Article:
Last Saturday was gnostic mass. I was priest. I started the ritual "playing the part of priest", which is not the same as 'being priest". After entering the tomb and having needed preparations take place, I closed my eyes as one who is dead. Then I was alone for a brief instance in the temple, and I opened my eyes. Through the cloth covering the tomb I could see the candles on the fire altar, great altar and super-altar. 23 candles in all: 22 beyond the great veil and one in Tiphareth. It was gorgeous.
The ritual went well, but it was "Andy acting the role of priest", tracking the script, registering the next line or action, wondering how to perform each step for best effect for the congregation. Then it happened. A few lines into the Anthem I was wondering: Is it too fast? Too slow? Too loud? Do this? Do that? And something in my head told me: Andy - Forget about the congregation and sing the Anthem only for yourself and for your Priestess. And I did. And in that moment I became Priest. For the rest of the ritual there was no tracking, no thinking, no worrying. Lines and actions just happened, in proper sequence, all on their own. The magick was there. It was just plain freaking great.
But I have to be careful. Coming out of the ritual feeling like the king of the world, there is a temptation to interact with the world as if you are king of the world. This can be good and bad. Being willing to do my Will, with much less fretting about the world, is refreshing. But there is a danger of running roughshod over the unwashed masses - of becoming a jerk. Care must be taken to hold onto the good and manage the bad. Which leads to the next item...
Matthew Murray, Liber OZ and finding balance.
A little over a week ago, young Mr. Murray grabbed his guns and sauntered off into the headlines. The only good thing that can be said about this is that a young woman with the proper training and the proper tools put an end to his rampage after only four lives had been taken. (Only..."only" four stars snuffed out, "only" three families devastated, "only" two congregations jolted into shock, "only" a nation once again appalled and moving closer to being jaded.) About a year ago he found the O.T.O. and was accepted as a Welcomed Guest of the Ad Astra Oasis. But he was not accepted for full membership. In one of his postings, Mr. Murray mentioned meditating on Liber Oz. Great. Wonderful.
Liber Oz has been on my mind lately. Then this happens and really pushes it to the forefront of my psyche. So what about Liber Oz?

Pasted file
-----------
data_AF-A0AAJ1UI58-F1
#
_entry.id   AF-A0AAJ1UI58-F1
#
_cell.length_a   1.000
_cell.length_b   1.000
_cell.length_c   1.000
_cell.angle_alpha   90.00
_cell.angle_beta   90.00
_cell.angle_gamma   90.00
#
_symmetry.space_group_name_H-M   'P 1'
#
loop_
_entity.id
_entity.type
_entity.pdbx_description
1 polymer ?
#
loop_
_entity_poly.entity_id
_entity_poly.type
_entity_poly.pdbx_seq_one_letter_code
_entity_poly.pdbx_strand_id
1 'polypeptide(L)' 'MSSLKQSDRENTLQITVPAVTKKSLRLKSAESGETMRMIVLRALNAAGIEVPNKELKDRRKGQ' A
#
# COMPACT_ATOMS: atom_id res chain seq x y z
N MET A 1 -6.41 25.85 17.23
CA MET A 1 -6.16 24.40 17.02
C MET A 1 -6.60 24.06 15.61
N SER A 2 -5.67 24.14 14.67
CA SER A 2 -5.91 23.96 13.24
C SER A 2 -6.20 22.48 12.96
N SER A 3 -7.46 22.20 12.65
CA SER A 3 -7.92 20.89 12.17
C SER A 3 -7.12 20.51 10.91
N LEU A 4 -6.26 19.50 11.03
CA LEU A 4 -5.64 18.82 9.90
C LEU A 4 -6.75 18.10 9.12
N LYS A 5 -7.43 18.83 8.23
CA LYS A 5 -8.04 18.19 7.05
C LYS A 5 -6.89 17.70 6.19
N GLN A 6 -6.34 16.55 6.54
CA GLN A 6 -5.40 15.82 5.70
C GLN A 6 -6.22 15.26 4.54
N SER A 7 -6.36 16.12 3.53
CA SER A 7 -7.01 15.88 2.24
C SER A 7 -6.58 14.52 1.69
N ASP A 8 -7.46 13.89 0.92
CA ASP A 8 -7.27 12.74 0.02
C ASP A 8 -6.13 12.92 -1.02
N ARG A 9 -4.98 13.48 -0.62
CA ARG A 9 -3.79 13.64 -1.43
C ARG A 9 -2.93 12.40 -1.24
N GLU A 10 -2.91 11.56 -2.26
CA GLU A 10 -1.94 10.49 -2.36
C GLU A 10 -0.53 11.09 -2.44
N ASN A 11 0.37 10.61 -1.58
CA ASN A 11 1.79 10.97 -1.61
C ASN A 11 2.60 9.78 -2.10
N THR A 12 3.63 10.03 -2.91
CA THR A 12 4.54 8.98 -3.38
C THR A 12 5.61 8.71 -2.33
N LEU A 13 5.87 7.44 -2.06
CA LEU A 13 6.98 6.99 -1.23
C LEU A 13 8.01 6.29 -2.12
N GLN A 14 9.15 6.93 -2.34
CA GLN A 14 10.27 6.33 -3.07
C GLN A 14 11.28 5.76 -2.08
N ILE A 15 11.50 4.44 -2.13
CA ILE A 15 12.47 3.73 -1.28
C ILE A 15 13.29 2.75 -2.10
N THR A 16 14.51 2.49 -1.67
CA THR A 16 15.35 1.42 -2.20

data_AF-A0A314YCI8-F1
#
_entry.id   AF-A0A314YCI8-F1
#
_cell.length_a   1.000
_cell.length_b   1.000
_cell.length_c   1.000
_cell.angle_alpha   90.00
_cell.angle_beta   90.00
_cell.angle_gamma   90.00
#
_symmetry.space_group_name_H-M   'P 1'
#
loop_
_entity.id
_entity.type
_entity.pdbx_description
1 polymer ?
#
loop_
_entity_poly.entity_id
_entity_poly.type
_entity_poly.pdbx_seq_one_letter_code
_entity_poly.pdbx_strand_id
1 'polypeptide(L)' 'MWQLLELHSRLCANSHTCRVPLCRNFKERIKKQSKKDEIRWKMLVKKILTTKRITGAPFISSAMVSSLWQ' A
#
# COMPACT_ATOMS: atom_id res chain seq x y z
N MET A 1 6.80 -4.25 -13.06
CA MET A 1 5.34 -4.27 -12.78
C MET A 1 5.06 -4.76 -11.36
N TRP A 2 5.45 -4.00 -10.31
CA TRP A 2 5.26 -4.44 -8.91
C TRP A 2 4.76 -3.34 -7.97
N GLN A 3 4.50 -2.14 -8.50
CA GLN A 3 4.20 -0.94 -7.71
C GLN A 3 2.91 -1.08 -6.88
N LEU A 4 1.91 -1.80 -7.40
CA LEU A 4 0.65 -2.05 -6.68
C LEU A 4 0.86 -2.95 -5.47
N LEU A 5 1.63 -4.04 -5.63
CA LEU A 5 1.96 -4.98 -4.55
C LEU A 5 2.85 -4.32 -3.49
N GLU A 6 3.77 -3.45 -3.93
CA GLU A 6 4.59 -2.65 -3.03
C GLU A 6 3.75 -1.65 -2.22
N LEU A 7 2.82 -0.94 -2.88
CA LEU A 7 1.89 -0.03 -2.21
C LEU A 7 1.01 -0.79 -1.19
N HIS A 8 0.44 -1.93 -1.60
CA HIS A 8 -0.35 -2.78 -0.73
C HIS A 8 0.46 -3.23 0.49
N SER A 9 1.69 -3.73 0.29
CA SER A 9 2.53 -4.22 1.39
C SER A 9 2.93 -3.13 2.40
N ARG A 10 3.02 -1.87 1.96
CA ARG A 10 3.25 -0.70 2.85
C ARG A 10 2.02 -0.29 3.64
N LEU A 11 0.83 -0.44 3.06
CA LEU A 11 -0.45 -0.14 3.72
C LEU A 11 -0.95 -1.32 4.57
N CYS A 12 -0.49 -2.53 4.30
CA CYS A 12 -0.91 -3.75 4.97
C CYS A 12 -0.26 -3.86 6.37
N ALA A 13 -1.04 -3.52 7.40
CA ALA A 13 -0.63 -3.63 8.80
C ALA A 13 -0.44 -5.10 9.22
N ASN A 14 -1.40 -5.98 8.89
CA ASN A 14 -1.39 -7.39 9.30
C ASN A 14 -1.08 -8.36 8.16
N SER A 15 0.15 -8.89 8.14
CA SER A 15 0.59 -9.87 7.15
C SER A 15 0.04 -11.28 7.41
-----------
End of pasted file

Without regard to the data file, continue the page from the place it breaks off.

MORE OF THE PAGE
On first reading, the common reaction is to assume the rights of man apply to me. Me, me, me. And I get to get gothic on anyone who gets in my way. But then you realize...
- It might just apply to other people too. This means the I have no right to abridge the Will of the other, under penalty of death.
- It says "Man has the right..." When the word "man" is used in this way, it refers to humanity as a whole. In this light, the document becomes a polemic against abridgment of rights by church, by state, or by foreign powers. Can you say, "American Revolution"?
- "Will" is not the same as "want". (Not to be explained here.)
- "thou hast no right but to do thy will. Do that and no other shall say nay." Look at this one closely. What is says is this: If it is your "will" (not want, but will in the largest sense), then you have every right to do it. But - it is the only thing that you have this sort of right to. "Want" has no place in this document, or in the true rights of man. I know I explain it poorly. But it makes sense to me, and that is all that matters.
- "Man has the right to kill..." Ouch. This is what raises hackles and makes murderers of people who JUST DON'T GET IT. Having a right doesn't oblige you to exercise it. Having a right does not allow you to abridge the rights of others. And - most important - THINKING that you have a right does not make it so. Pity the fool who is so short on imagination and resource that he feels the need to resort to violence. Pity the fool who is so short on understanding that he dismisses the rights of others. When, and only when, the rights being abridged prevent the Great Work - When, and only when, all other options have been exhausted - then is the Mage allowed to consider the option of violence. And even then, wisdom often says "no" and the universe opens another way.
End of rant.